A blame game intensifies over Australia’s sluggish immunization campaign.


Politicians and medical experts in Australia are trading blame for a slow vaccine rollout as the country struggles to contain a coronavirus outbreak in Sydney, its biggest city.

Only about 9.5 percent of Australia’s population of 26 million has been fully vaccinated, with 27 percent of people having had at least one dose, according to New York Times data — figures that lag behind many other richer nations. The rollout of doses has been hampered by shifting advice about the AstraZeneca vaccine, the only one manufactured domestically, which the authorities currently recommend only for those over 60. People under 40 are not yet eligible to receive the Pfizer vaccine, the only alternative, because of supply shortages.

In radio interviews on Wednesday and Thursday, Prime Minister Scott Morrison blamed the sluggish rollout on Australia’s vaccine advisory body, saying its “cautious” guidance had “put us behind.”

The body, a panel of health experts known as the Australian Technical Advisory Group on Immunization, issued recommendations beginning in April that younger people should wait until the Pfizer vaccine was available, because of a very small risk of blood clots connected to the AstraZeneca shots. On Tuesday, the group revised its advice, saying that during an outbreak, when the supply of Pfizer was low, people should consider getting the AstraZeneca shots despite the rare clotting risk.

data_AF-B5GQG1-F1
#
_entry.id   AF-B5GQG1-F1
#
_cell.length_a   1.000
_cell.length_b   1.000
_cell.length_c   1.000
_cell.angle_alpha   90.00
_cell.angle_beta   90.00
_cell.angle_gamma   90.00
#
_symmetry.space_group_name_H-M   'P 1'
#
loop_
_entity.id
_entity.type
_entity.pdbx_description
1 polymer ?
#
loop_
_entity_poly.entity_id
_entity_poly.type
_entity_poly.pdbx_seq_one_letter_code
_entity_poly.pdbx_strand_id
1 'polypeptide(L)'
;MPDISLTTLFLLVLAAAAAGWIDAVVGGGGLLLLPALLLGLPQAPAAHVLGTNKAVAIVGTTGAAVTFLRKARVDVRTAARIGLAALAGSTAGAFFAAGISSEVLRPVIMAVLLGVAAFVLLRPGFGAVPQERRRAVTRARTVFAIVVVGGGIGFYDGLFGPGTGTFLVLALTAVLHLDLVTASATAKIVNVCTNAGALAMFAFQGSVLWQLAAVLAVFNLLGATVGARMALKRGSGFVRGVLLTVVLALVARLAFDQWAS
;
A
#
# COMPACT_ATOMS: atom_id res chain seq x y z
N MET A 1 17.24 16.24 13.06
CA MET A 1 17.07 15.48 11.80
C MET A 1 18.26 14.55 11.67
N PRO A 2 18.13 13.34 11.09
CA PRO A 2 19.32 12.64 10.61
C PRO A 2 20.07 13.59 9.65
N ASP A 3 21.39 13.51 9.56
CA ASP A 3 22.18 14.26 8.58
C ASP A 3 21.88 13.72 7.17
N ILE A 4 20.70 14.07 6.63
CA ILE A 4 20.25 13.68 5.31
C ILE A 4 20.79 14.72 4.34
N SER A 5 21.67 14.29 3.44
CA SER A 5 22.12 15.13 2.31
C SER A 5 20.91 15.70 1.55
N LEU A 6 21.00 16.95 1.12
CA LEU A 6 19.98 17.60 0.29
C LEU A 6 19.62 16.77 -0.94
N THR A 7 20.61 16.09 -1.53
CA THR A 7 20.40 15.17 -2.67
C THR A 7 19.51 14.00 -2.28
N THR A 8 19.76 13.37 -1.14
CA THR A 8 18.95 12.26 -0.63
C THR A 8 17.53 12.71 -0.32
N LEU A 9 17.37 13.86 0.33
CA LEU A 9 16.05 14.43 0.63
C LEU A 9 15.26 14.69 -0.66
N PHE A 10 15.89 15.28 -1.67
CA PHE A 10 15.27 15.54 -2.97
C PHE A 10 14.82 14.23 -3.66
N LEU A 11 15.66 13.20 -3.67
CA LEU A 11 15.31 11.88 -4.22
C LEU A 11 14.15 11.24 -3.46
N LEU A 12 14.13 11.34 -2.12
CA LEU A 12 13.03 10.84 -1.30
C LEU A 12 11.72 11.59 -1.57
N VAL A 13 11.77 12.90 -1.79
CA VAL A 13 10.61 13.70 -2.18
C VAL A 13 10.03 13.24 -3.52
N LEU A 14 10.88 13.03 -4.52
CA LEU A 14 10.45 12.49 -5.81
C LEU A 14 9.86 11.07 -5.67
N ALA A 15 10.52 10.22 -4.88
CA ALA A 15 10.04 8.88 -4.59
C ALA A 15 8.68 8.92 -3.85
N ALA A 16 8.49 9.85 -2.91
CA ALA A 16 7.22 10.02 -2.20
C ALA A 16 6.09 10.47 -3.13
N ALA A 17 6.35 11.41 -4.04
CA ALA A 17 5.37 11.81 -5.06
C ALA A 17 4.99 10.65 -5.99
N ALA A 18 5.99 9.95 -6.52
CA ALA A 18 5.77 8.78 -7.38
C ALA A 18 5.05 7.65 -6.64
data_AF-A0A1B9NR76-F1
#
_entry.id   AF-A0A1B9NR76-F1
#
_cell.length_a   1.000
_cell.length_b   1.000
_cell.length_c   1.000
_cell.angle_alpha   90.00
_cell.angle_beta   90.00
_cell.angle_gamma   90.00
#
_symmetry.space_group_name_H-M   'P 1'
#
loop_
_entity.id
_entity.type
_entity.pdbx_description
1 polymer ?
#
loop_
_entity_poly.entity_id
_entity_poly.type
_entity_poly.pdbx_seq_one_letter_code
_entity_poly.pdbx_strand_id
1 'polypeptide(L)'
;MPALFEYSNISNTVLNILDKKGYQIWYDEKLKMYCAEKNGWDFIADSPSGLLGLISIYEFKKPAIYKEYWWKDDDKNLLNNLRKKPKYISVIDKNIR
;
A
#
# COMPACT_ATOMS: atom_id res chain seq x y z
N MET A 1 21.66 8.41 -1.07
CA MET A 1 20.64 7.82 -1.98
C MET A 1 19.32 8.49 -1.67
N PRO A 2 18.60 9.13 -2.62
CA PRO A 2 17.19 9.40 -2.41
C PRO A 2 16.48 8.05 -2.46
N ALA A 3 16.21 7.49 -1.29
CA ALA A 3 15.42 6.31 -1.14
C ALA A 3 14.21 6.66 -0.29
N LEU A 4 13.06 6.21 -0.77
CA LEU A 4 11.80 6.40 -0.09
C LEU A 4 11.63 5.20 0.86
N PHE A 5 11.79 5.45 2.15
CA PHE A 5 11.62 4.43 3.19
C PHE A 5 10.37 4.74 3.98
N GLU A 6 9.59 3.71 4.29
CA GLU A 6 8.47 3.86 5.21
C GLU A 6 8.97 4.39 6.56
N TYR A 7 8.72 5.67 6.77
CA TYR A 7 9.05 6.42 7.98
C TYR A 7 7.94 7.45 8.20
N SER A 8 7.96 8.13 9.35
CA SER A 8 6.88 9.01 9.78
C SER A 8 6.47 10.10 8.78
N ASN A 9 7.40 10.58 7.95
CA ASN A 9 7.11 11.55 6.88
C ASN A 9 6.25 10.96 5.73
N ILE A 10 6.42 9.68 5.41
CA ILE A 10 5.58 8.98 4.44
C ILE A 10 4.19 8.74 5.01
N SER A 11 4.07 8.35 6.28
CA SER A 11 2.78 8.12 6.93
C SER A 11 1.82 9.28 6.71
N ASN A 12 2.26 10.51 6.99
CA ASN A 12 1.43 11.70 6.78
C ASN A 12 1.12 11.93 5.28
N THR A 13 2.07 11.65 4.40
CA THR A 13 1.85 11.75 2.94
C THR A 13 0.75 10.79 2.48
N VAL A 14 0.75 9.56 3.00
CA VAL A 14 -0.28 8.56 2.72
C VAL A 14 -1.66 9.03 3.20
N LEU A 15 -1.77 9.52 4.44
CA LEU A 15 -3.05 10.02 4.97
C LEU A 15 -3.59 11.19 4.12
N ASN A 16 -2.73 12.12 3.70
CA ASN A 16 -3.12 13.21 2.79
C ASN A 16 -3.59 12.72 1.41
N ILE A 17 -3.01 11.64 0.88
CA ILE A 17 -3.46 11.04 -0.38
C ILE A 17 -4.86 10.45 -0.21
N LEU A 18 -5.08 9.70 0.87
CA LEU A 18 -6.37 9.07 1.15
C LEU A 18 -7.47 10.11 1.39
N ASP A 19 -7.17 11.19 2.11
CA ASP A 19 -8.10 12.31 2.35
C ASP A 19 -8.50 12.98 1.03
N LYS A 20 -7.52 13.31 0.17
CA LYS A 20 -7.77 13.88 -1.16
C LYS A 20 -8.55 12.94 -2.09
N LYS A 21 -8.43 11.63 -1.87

Mr. Morrison said that the group’s initial advice constrained use of the AstraZeneca vaccine, which Australia had invested in most heavily, and was based on the assumption that case numbers in the country would remain low. “I never made that assumption,” he said.

The advisory group said in response that its role was only to provide guidance and that the federal government remained responsible for decision making.

The finger-pointing was escalating as an outbreak in Sydney swelled to 900 cases, with the lockdown in the state of New South Wales, which includes the city, stretching into a third week. On Wednesday, the state’s premier, Gladys Berejiklian, said that case numbers were “stabilizing.” But officials in Australia’s second-biggest state, Victoria, which includes Melbourne, announced a five-day lockdown after a cluster of infections linked to the Sydney outbreak grew to 18 people. Three of them were suspected to have been infected at a sports event over the weekend attended by tens of thousands of people. More than 10 million in Australia are now under lockdown.

Mr. Morrison’s government has also faced criticism for being slow to procure other vaccines. Australia is set to receive 40 million Pfizer doses by the end of the year, with about three-quarters of those yet to arrive. The government announced last week that the delivery of some of the anticipated doses would be brought forward to August, from September.

Opposition politicians intensified their attacks after it was reported over the weekend that a former prime minister, Kevin Rudd, had called the chief executive of Pfizer in a personal capacity to lobby for more doses, at the request of business leaders. Mr. Morrison’s government responded by saying that it had been communicating with Pfizer’s Australia chief of operations.

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